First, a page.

Having them describe this to you can be invaluable in revealing their concerns and tasks.


Once we know what concerns and tasks people have, we can start identifying the resources we can create to address the existing set of tasks and concerns our audience have, and the experiences we may need to design to develop new concerns and capabilities.

One technique that Shackleton-Jones uses a lot is the CTRE matrix (Concern–Task–Resource-Experience matrix). In essence, you list the tasks and concerns that people have along the left-hand side of a grid, and some of the formats that we are considering along the top – formats such as video, guide, checklist, infographic and so on (there's a longer list of formats below). You also add a column for 'experience' in the event that you decide something really requires an experience.

Here's an example of a CTRE table: 

When designing resources, it's important to consider creating them in multiple formats so people can access them in many contexts. In addition, it's essential you consider the context the person might need the resource in and design it with this in mind.

It's important to note you won't be able to design things perfectly from the get go. That's why the sixth step of the 5Di model is iterate.


In this stage we split the project into multiple parallel work-streams, and begin developing an MVP.

An MVP is a start up term for Minimum Viable Product. The main idea of a MVP is you create the easiest possible version of a larger product to see if its worth investing more time, energy, and money into. This is way better than doing what most people do: take a drink and cigar into a cabin in the woods, create something for a year, and then show their invention to the public out of nowhere hoping people will be interested.


We ensure that content is easy to access at the point of need, and that our audience are aware of it, so that they can begin to use it.


We assume that we don't get things right the first time round, and instead use feedback from our audience to gradually improve the usefulness of our content and the ease of access.

How To Evaluate Effectiveness Of A Learning Design

We can evaluate how well a learning program went with three methods:

  1. See if performance changes.
  2. Ask the learners. They can rate themselves on how well they think they are improving in areas. This is better than a quiz becauses quizes test knowledge, not necessarily behavior and capability change.
  3. Badges. Games give badges as rewards for completing certain challenges. Why not do the same thing in real life?

The 5Di Model Summarized

Weeeewww, I know that's a lot of information at once. But it's a lot simpler than it seems. Here's the 6 step 5Di model summarized:

  1. Define: Identify desired outcomes in terms of tangible results and behavior changes, not just learning objectives, focusing on how participants will think, feel, and act differently. This will inform you about if you should do push or pull learning design or a mix of both.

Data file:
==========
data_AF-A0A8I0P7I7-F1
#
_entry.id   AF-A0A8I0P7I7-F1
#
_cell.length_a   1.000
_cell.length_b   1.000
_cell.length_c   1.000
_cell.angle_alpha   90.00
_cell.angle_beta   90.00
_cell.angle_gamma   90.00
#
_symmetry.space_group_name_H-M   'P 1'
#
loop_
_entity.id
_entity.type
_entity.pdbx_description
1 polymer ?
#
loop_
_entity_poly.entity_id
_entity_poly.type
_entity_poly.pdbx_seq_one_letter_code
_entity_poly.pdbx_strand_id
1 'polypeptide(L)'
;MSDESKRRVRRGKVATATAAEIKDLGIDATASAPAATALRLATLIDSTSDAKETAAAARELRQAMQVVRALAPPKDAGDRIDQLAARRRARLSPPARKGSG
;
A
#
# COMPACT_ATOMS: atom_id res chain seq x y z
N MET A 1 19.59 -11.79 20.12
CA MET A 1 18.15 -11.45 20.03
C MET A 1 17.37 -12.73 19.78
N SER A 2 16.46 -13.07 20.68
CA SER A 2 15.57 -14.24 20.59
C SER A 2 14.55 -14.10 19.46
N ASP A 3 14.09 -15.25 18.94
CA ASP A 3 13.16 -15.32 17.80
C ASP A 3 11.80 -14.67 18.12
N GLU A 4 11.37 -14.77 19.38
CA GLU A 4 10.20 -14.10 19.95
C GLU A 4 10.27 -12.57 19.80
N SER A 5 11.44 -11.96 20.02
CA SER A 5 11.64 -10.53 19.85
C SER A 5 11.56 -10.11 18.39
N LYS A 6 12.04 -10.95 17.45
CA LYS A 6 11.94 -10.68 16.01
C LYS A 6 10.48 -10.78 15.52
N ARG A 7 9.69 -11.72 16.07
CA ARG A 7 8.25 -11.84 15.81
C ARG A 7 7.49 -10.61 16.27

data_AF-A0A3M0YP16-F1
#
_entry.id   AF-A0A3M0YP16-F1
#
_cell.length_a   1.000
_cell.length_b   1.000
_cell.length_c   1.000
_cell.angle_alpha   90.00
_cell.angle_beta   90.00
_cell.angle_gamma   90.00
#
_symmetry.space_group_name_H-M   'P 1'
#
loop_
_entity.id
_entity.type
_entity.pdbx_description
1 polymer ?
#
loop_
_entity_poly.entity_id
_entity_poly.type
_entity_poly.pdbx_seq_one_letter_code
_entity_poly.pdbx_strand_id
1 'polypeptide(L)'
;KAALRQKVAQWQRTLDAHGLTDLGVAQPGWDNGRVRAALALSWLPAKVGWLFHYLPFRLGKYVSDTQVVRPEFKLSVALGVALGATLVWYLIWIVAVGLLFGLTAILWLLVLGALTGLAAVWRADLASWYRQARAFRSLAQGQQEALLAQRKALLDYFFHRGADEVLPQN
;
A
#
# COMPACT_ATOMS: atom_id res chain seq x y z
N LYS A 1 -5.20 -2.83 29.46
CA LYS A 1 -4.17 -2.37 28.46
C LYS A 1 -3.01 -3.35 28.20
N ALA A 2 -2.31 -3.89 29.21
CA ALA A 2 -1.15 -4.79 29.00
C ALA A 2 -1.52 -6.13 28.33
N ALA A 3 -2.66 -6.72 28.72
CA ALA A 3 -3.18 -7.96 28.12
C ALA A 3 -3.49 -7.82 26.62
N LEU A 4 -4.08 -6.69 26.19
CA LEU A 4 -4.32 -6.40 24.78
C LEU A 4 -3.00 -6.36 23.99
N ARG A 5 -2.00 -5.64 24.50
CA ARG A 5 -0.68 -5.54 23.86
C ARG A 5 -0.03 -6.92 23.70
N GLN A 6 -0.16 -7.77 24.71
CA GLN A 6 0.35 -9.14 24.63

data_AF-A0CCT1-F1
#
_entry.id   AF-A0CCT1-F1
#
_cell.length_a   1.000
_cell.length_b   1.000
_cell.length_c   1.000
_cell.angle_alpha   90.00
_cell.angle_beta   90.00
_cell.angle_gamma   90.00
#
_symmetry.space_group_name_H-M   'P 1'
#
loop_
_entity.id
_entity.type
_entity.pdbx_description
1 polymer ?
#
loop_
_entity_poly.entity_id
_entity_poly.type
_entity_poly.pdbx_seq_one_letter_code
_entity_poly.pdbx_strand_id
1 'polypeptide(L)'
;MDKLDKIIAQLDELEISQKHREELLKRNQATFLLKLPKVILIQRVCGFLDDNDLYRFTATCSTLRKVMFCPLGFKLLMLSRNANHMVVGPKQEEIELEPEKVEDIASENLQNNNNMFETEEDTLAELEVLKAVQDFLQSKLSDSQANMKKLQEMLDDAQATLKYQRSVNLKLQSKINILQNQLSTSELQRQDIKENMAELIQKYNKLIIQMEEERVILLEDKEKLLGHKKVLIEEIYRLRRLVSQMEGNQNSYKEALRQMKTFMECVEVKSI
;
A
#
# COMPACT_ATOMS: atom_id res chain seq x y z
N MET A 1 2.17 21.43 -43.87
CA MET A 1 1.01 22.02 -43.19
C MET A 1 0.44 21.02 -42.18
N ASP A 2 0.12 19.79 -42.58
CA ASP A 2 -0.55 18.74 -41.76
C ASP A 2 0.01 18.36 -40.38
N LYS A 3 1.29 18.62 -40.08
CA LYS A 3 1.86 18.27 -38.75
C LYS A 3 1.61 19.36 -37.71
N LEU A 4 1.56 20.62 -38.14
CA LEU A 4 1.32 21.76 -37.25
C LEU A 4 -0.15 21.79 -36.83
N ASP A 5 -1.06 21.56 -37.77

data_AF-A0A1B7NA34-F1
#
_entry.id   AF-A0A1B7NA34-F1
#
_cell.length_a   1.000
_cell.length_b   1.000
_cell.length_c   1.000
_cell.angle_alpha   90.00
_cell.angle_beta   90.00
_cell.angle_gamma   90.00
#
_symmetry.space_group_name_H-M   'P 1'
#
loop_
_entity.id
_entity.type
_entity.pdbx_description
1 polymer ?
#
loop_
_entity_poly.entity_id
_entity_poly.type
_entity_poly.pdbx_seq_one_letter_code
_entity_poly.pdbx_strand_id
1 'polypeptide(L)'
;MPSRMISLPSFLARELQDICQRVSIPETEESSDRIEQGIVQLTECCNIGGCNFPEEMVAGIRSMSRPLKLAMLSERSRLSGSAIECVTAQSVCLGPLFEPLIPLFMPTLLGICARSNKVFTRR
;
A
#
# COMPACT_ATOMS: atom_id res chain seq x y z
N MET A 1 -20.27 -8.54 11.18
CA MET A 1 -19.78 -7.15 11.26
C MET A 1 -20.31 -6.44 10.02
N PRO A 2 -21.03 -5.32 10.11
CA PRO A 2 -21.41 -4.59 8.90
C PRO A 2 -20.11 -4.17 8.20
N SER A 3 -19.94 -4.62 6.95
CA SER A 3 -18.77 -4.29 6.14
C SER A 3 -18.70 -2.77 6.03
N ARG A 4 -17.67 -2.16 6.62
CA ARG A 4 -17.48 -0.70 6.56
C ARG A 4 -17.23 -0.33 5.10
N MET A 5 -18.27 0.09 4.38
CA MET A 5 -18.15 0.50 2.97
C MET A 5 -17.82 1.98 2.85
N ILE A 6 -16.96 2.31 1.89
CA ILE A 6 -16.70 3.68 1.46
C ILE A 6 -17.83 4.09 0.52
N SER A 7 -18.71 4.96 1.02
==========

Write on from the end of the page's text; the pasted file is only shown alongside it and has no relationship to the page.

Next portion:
2. Discover: Engage with learners to understand their key tasks and concerns, using tools like top concern listing and emotional curves, to inform the design of relevant resources and experiences.
  3. Design: Create a CTRE matrix to map out learners' tasks and concerns against potential resources and experiences, ensuring variety in formats and considering the context of use.
  4. Develop: Initiate parallel work-streams to create a Minimum Viable Product (MVP), focusing on simplicity and functionality to test the concept's validity and value.
  5. Deploy: Make the content easily accessible at the point of need and ensure the target audience is aware of it for effective utilization.
  6. Iterate: Continuously gather feedback from the audience to improve the content's relevance, usefulness, and ease of access, acknowledging that perfection is achieved over time.

My Criticisms Of How People Learn

While most of How People Learn is in my opinion revolutionary and profound, I do have one major problem with the book.

It focuses much to heavily on learning that has practical application.

The definition Shackleton-Jones N. uses in the book for learning is change in behavior or capability as a result of memory.

But what about learning something for the sake of learning it in itself? Not for behavior change or capability. If this notion of learning is used it's clear tons of what we learn in school can still have value.

For example, knowledge about history, literature, mathematics, and other typical disciplines taught in school has value in itself.

One might not directly apply their historical knowledge to the real world, but it can change one simply by knowing it. Outside of school, lots of the information I consume doesn't have practical application. I'm intensely curious about so many things. I just love learning it for the sake of it in itself.

Jone's model has a bias towards real-world applications.

Entering The New Age Of Learning

You now understand why everything you knew about learning might have been wrong.

But now you know the principles behind how we effectively learn, how we got here, and how we can remodel education. You can learn more effectively yourself, or design learning that is better.

If you enjoyed this book summary interpretation, you should check out my book squad playlist on YT which dives into many more books I have read.